Bodhicitta, Paramitas, Om mani peme hum …
… all mean the same thing.

Bodhicitta, the paramitas, om mani peme hum are all the six perfections:
generosity, patience, conscience, perseverance, meditation/concentration, and wisdom

There is:
Relative and ultimate bodhicitta.
Relative and ultimate paramitas.
Relative and ultimate om mani peme hum.

Terminology can either liberate or imprison us.

It is all about understanding the sixth perfection of wisdom – emptiness.
Emptiness is the clarity of consciousness.
Some traditions start with the five perfections,
and others start with the sixth.

Depending on which tradition we follow,
the five perfections are reflected in one,
or one perfection is reflected in the five.


In the ordinary run of life, generosity, patience, conscience, perseverance, meditation/concentration and wisdom are regarded as helping us to be decent and effective human beings, aren’t they? When we apply these to dealing with other people, they are altruism – a selfless concern for the wellbeing of others. It’s love.

All well and good. This is relative bodhicitta, because it deals with the relative world of me and other. Relative bodhicitta is the application of the five perfections (generosity, patience, conscience, perseverance, meditation/concentration), gradually leading to the sixth of wisdom, transcendent wisdom. It is hoped that wisdom becomes realised as emptiness – our essential true nature – the clarity of consciousness.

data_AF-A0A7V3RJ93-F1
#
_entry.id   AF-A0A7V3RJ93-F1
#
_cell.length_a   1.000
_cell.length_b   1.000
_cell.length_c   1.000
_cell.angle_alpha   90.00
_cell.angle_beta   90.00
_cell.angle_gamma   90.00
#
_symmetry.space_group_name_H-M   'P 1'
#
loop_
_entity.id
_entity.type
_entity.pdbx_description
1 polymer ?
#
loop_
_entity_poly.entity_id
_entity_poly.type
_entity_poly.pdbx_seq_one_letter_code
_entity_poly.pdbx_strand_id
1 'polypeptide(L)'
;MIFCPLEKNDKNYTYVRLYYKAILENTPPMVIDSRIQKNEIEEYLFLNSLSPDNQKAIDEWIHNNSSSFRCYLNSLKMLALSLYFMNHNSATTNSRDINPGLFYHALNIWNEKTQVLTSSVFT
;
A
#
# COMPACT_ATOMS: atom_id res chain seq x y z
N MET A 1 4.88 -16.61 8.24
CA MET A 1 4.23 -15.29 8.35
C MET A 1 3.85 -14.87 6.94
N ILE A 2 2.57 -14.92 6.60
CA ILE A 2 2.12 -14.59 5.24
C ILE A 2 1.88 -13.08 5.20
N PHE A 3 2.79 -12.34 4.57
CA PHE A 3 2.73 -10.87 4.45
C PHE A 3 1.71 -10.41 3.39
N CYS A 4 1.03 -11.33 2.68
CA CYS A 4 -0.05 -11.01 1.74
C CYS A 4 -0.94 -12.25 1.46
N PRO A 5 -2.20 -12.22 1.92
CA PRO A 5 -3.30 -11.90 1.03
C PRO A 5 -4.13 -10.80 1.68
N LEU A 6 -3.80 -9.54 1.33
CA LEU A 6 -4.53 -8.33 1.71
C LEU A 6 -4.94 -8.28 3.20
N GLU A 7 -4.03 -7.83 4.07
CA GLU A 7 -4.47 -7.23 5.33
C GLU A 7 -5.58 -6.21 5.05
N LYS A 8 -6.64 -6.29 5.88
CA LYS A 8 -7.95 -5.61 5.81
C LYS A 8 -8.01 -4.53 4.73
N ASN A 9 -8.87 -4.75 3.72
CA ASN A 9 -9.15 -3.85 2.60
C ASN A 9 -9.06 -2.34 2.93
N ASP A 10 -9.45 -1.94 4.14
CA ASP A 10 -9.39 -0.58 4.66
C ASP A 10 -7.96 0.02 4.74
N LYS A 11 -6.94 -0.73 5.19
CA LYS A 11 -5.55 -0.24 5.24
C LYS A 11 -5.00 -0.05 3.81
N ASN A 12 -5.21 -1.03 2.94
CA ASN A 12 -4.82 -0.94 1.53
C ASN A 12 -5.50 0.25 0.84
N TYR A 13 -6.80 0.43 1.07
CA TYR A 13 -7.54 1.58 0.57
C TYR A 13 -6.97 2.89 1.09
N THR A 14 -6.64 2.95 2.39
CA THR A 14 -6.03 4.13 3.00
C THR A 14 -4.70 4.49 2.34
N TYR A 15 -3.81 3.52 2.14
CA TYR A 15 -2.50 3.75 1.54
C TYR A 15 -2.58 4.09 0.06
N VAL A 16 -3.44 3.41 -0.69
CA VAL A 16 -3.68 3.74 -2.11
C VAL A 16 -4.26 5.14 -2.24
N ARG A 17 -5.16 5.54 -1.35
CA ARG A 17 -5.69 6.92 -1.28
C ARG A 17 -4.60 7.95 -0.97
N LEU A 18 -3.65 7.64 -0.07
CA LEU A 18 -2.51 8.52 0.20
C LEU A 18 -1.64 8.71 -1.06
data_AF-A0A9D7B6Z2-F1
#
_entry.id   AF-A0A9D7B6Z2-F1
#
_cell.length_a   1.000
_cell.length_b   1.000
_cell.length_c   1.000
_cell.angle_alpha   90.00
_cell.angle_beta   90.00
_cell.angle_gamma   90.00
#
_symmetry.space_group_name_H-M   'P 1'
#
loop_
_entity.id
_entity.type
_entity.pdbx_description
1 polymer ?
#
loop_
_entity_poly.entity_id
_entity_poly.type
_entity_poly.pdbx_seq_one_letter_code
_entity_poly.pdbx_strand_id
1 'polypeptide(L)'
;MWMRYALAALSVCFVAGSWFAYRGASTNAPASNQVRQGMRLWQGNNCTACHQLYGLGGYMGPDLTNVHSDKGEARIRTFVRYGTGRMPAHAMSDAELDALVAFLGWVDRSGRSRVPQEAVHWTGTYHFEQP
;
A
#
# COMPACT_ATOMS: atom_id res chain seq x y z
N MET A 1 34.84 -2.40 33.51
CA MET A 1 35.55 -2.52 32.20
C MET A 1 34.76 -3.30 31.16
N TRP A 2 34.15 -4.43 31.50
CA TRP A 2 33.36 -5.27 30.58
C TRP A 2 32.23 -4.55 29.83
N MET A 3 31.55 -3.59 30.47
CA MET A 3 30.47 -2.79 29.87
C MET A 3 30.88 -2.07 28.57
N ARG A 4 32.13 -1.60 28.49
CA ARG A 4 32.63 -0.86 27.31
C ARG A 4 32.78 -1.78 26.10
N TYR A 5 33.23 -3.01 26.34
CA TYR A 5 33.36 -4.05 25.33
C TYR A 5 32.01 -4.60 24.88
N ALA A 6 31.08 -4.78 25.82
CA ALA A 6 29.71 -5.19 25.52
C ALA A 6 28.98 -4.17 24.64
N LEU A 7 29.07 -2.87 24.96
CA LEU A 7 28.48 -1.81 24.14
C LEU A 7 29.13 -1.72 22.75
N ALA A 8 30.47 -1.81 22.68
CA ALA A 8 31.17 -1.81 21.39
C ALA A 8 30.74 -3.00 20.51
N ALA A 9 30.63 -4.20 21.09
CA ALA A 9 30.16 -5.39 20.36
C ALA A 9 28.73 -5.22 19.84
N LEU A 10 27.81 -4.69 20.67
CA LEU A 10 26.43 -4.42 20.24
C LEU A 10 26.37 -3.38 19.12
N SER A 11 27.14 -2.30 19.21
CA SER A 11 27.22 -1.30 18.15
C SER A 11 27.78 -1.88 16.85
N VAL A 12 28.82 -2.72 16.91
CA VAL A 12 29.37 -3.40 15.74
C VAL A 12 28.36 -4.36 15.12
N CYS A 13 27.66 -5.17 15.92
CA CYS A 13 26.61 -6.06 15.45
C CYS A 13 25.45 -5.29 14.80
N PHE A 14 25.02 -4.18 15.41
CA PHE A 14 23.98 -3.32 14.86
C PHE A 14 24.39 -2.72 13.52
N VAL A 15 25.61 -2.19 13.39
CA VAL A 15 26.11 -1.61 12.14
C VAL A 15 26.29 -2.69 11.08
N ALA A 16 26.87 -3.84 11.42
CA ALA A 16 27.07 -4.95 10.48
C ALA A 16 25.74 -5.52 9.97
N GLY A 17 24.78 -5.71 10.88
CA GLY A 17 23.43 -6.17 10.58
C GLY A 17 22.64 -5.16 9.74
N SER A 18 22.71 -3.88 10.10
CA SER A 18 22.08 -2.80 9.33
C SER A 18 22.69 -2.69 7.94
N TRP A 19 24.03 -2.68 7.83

Paths such as Dzogchen start with the sixth perfection – ultimate bodhicitta of wisdom/emptiness – and the five perfections (generosity, patience, conscience, perseverance, meditation/concentration) are naturally expressed as the continuity of that wisdom in daily conduct. But now bodhicitta and the paramitas change, because of the realisation of wisdom/emptiness, the clarity of consciousness.

With ultimate bodhicitta, there is nothing to hold on to and no expectations, so generosity, patience, conscience, perseverance and meditation/concentration are effortless as there is no ‘me’: these qualities are a continuity of wisdom/emptiness, the clarity of consciousness … and unconditional love.

So bodhicitta, the paramitas, om mani peme hum are all about love.
Wasn’t complicated, was it? 🙂

Spiritual terminology can give you spiritual indigestion.
True love is easy to digest.

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